There are many applications of heads up displays in the real world. Every vehicle will have some form of dashboard that displays all of the useful information to the driver; Fuel level, speed, and many different warnings about the state of the vehicle.
The fuel level is indicated by the fuel gauge, this is a curved display that shows the letter F at the top and E at the bottom, the F stands for ‘Full’ and the E stands for ‘Empty’.There are several dashes in between that show the level of fuel left in the car, an arrow points to the appropriate section of the display so that the driver knows how much fuel they have left.
The speed of the vehicle is measured with a Speedometer, this tells the driver how many miles per hour they are traveling (MPH are only used in the UK and the US, apart from a few countries the rest of the world used Kilometers per hour ‘KPH’, however many cars will display both to enable safe driving for people wishing to bring their car to another country). The gauge for a speedometer is shaped like a circle with a small segment missing at the bottom, the lowest speed appears on the left hand side of the gauge and the maximum speed appears on the right. There is an arm in the bottom-center of the gauge that points to the current traveling speed.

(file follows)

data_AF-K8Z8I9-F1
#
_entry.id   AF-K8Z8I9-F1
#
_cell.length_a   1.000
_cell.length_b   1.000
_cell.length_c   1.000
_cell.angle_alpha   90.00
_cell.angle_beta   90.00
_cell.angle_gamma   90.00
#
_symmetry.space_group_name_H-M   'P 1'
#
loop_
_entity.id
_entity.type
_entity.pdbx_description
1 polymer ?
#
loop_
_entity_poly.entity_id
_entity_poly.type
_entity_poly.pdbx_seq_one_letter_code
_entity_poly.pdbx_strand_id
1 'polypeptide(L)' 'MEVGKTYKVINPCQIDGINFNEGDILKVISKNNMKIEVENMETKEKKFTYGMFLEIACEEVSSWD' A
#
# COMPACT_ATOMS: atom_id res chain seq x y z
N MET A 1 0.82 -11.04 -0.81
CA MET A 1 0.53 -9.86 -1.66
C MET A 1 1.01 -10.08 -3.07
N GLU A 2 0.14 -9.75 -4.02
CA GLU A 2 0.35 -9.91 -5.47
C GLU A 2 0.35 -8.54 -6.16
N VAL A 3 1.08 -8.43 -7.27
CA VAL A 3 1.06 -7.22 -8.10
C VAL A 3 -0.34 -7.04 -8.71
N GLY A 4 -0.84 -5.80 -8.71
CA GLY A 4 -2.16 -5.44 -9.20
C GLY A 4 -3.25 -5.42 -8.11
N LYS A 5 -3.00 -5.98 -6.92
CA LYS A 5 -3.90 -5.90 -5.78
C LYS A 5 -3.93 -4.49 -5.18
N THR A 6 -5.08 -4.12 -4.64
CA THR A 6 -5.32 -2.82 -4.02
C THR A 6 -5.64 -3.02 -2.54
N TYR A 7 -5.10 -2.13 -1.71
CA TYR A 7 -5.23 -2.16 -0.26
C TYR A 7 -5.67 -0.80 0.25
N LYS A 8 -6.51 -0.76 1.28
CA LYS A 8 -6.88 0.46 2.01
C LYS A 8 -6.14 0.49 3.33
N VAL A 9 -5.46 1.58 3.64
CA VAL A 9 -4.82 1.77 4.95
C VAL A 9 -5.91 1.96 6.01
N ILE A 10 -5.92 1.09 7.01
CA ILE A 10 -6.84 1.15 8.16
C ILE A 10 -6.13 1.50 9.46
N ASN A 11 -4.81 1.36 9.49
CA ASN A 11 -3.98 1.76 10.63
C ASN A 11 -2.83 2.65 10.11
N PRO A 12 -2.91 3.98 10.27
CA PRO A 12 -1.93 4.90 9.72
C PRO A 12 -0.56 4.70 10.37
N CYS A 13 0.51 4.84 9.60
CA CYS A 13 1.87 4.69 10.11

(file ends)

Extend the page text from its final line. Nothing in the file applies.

Warnings are given to the driver in the form of small light up icons, if there is a problem with the car ,for example low battery or faulty airbag, then a light will appear on the corresponding icon, this is usually accompanied by a dinging noise to alert the driver.
This is another real life example of a HUD, this is a little more extreme as the HUD has to be very clear to the pilot meaning that stylish designs are not welcome. Pilots will have an array of of meters and gauges telling them about various things throughout the cockpit but the most interesting feature is this lens that the pilot looks through so that they can see things such as the angle the plane is positioned in, the current flight path and airspeed.